Victims of the Music Business

nellie This week Jim and Greg stick it to the man, or more specifically — record companies. They discuss the phenomenon of major labels pulling the plug on established artists. The most recent victim is Nellie McKay, whose album Pretty Little Head was denied release by Sony Music. McKay wanted to release one version, Sony wanted to release another, and after the“pretty little”singer told her label to take it or leave it, they left it. Of course, upon hearing the advance copy, our hosts can't necessarily blame them.

Whether you enjoy the music or not, McKay's situation does pose an interesting question of how much creative control an artist has while under major label contract. As Jim states:“As long as there have been major labels, there have been executives deciding that they know better than the artist.”What are some of the other lost albums that fell prey to the big bad record company? Jim and Greg list off some of their favorites, including:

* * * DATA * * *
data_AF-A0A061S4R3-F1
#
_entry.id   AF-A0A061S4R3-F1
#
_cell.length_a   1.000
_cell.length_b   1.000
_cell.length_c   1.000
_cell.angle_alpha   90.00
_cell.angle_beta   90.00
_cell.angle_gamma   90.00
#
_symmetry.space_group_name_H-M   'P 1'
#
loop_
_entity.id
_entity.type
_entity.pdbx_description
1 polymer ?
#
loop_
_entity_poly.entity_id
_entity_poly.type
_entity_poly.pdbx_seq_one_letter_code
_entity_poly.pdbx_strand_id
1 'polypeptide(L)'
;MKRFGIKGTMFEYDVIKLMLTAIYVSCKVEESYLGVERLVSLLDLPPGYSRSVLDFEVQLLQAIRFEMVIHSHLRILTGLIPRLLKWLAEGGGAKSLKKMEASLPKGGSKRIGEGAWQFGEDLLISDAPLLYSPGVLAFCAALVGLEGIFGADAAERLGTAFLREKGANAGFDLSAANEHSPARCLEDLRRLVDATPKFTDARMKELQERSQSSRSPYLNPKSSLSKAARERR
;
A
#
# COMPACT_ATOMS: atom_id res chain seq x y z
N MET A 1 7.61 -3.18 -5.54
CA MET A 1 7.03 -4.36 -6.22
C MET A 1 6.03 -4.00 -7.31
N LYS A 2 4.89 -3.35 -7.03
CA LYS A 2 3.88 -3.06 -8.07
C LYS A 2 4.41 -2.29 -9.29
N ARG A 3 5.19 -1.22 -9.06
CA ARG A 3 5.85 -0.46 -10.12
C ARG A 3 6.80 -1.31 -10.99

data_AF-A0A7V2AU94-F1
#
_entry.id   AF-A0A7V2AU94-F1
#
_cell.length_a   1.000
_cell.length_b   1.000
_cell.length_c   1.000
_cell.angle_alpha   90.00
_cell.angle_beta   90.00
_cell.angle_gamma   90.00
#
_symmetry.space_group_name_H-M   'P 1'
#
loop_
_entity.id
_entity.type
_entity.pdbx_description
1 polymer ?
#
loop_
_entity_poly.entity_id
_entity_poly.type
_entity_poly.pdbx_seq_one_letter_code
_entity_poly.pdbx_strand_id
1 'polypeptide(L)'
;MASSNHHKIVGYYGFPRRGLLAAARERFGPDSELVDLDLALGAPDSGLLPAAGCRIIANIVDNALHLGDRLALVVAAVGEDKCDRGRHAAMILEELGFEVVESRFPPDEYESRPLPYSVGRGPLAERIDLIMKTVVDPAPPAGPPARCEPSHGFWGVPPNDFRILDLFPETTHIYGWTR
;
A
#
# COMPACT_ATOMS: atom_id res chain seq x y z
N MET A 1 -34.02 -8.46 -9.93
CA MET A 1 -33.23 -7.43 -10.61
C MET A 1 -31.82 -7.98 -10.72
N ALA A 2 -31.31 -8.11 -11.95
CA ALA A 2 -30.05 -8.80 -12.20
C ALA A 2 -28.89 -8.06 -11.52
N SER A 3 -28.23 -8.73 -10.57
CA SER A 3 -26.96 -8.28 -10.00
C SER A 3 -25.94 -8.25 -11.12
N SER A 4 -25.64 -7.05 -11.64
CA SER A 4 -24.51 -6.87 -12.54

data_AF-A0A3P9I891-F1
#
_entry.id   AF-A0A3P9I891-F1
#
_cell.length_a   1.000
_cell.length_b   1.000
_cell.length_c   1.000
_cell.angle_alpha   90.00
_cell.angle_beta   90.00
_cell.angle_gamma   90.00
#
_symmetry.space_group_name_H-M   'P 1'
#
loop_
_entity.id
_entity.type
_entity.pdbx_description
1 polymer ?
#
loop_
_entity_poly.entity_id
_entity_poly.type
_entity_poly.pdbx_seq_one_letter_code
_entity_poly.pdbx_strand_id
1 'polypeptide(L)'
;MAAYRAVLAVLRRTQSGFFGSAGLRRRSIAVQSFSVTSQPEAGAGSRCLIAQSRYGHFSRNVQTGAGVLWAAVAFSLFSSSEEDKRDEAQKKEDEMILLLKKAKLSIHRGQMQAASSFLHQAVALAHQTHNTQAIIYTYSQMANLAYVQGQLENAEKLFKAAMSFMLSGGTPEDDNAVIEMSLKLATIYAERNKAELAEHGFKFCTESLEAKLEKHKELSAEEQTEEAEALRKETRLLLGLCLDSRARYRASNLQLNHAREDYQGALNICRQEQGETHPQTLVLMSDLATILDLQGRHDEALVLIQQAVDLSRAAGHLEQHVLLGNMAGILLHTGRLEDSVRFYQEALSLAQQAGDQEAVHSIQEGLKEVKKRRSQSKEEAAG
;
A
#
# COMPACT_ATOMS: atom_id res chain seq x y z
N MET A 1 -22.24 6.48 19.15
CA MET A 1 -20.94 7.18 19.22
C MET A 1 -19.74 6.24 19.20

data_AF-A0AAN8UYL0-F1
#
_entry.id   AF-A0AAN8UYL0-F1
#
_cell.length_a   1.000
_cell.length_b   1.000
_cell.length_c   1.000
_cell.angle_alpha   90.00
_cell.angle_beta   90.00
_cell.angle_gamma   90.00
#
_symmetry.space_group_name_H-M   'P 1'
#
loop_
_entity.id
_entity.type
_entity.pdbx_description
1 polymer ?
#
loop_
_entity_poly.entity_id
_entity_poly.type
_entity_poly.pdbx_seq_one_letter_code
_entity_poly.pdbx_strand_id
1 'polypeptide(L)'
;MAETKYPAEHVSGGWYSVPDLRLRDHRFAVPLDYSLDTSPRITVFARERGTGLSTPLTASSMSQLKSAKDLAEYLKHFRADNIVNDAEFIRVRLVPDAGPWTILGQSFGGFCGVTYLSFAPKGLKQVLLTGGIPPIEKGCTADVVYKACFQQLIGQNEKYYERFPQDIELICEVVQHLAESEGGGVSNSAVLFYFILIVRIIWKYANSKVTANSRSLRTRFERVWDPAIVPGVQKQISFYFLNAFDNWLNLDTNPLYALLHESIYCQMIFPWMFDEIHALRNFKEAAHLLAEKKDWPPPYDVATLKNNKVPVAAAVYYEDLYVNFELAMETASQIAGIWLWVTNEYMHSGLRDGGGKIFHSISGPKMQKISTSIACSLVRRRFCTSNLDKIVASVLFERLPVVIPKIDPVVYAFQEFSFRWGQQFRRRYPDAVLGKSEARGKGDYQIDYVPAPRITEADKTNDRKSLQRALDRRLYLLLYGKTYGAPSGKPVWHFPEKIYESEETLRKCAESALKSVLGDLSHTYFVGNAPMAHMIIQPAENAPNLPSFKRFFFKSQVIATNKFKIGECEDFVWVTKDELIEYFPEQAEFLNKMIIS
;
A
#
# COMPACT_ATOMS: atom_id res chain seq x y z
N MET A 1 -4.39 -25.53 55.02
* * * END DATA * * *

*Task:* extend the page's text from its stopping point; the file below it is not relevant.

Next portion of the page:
The Butthole Surfers

During the early '90s when "alternative" music was achieving commercial success, The Butthole Surfers were signed to Capitol. When the alternative fad waned, their label no longer appreciated the band's weird aesthetic and refused to release their album After The Astronaut. The Buttholes sued Capitol and demanded early release from their contract. The record, however, remained under Capitol ownership. Fans needn't fret though; most of the material was re-recorded and released by Hollywood Records.

Wilco

The hometown favorite's album, Yankee Hotel Foxtrot, was delayed release by its label because it was more conceptual than it was pop. Conceptual, of course, is hard to sell, so Reprise Records asked Jeff Tweedy and his bandmates to go back into the studio and find a hit. Wilco decided to stand by its album, and bid farewell to Reprise. Normally it would take a lot of time and money to recover tapes made under a label's contract, but in this case, Reprise let Wilco take their music, rather than face a public relations nightmare. The album was eventually released in 2002 by a different Warner Music subsidiary and ended up being the biggest selling of their career. The story played out very nicely in life, in film, and most importantly, in print.